African Union Commission 18 September 2015
The year of review of peace operations
Following months of investigation and consultations, the UN High Level Independent Panel on Peace Operations (HIPPO), which UN Secretary-General Ban ki-moon established in June 2014, finalized and submitted its report in June 2015. The last time a similar review focusing on UN peacekeeping was conducted was 15 years ago by the Brahimi panel. The report, which has reviewed developments and changes in the peace and security landscape of the world since its predecessor the Brahimi report, is expected to define the course of UN’s engagement in the maintenance of international peace and security for the coming decade or more.
Given the focus of the report on peace support operations, there is no region of the world to be affected more by the policy, institutional operational and financial implications of the proposals the report sets out than Africa. No part of the world features more prominently in the work of the UN Security Council (UNSC) than Africa. The UNSC dedicates more than 60% of its agenda to African issues. Africa also hosts more peacekeeping or peace support operations than any other continent. Of the 16 ongoing UN peacekeeping operations in the world, nine are in Africa. In terms of personnel numbers and budget size, the largest and most expensive peacekeeping operations are in Africa.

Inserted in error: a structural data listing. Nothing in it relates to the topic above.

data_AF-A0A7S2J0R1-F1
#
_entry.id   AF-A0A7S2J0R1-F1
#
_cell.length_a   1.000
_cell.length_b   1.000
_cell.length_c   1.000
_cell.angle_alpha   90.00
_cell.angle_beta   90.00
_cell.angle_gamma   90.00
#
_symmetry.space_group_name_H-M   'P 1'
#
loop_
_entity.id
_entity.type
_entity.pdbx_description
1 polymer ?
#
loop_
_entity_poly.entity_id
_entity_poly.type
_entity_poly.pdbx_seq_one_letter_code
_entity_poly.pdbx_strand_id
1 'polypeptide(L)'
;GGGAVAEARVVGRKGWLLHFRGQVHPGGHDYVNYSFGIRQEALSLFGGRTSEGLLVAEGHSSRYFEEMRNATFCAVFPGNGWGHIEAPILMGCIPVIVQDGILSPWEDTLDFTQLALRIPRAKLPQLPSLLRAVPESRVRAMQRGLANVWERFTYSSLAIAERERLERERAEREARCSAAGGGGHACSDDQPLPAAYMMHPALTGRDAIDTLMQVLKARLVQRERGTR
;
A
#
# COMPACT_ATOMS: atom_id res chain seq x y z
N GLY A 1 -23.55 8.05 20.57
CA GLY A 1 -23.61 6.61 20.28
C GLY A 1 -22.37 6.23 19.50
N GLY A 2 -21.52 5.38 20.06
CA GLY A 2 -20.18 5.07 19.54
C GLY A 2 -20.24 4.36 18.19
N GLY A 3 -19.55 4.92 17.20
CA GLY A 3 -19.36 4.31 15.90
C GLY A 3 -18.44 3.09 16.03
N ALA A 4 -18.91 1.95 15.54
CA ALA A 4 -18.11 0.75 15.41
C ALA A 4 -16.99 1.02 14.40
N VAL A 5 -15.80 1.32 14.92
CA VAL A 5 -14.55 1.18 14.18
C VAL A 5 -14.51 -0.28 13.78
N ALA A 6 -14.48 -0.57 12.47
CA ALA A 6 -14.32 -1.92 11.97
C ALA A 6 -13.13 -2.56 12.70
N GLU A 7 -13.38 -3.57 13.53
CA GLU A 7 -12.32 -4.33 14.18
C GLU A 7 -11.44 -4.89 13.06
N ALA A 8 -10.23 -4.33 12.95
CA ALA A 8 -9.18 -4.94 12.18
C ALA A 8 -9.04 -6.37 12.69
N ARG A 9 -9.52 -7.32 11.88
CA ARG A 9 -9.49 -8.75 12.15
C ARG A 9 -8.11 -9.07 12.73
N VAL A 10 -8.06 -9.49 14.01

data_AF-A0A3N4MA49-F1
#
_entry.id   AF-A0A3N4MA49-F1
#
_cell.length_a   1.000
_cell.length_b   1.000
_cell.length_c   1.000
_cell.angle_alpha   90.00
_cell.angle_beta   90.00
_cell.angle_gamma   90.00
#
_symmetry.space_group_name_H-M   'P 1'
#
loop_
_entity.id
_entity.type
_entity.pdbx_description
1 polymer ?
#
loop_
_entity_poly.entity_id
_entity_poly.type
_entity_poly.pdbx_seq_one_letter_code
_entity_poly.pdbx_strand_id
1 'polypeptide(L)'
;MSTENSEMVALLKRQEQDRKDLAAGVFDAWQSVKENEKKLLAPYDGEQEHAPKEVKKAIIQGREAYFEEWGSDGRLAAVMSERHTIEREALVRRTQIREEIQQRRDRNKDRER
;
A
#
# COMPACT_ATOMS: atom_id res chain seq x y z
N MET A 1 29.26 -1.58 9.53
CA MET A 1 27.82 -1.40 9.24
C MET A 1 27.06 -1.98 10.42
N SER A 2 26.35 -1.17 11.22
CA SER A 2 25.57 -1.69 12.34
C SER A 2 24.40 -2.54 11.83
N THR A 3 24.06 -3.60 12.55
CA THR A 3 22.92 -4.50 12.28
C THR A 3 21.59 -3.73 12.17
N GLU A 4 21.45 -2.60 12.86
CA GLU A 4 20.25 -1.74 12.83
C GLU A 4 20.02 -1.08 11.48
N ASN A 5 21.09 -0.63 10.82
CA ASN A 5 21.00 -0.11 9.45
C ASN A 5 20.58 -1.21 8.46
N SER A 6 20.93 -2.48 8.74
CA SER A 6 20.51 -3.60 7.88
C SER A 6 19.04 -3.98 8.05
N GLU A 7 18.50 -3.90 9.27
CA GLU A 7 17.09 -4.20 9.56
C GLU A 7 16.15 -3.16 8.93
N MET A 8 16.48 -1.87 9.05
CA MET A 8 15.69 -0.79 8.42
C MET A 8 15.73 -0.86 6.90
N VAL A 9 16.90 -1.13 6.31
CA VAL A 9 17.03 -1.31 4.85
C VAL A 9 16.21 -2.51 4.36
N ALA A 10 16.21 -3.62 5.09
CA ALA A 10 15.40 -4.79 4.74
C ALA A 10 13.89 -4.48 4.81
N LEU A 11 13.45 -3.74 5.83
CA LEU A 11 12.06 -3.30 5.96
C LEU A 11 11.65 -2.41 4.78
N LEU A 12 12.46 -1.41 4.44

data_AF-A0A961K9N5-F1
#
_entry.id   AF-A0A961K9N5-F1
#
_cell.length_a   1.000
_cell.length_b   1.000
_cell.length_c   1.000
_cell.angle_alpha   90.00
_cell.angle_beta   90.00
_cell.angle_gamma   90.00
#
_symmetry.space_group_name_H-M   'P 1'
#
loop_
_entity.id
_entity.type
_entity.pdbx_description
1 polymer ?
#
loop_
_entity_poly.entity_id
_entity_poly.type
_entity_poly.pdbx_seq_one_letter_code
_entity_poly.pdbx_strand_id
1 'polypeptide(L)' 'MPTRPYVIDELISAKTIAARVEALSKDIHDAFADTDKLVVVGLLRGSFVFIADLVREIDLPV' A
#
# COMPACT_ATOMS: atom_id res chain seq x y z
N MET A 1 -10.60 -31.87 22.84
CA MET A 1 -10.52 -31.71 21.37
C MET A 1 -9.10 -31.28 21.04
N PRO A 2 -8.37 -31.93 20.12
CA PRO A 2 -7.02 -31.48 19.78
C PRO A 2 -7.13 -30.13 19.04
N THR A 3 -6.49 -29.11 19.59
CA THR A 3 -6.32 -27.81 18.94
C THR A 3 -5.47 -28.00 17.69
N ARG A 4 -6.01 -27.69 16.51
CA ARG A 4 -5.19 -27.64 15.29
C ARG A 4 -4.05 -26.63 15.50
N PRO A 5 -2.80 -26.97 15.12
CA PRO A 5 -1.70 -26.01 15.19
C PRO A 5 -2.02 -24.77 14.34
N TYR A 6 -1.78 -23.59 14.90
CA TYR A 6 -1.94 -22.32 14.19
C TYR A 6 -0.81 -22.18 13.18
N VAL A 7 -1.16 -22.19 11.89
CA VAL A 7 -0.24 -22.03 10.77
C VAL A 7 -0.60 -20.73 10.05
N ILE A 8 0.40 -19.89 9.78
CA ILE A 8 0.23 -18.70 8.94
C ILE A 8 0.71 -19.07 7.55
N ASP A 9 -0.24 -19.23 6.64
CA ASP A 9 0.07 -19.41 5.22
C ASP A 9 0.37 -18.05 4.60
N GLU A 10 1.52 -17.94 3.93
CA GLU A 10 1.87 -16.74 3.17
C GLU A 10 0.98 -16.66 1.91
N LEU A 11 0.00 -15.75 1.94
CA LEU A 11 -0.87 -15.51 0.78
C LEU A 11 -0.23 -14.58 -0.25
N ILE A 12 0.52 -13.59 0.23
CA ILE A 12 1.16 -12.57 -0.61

These facts also mean that for the UN, perhaps more than any other part of the world, developments in Africa have a significant impact on its peace operations.
Given that the review of UN peace operations is a once in a decade and half exercise, how the proposals of this report are translated into policy, institutional, operational actions is of strategic interest not only to the UN but also particularly to Africa.
Indeed, These considerations informed the decision of the AU (as contained in the AU 24th summit outcome document) and its member states to articulate an African position on the high level review of UN peace operations. A number of important aspects of the proposals in the African common position were favorably received and reflected in the final report of the HIPPO. Following the release the HIPPO report, the AU Peace and Security Council held a session on a report and commended the HIPPO for its work.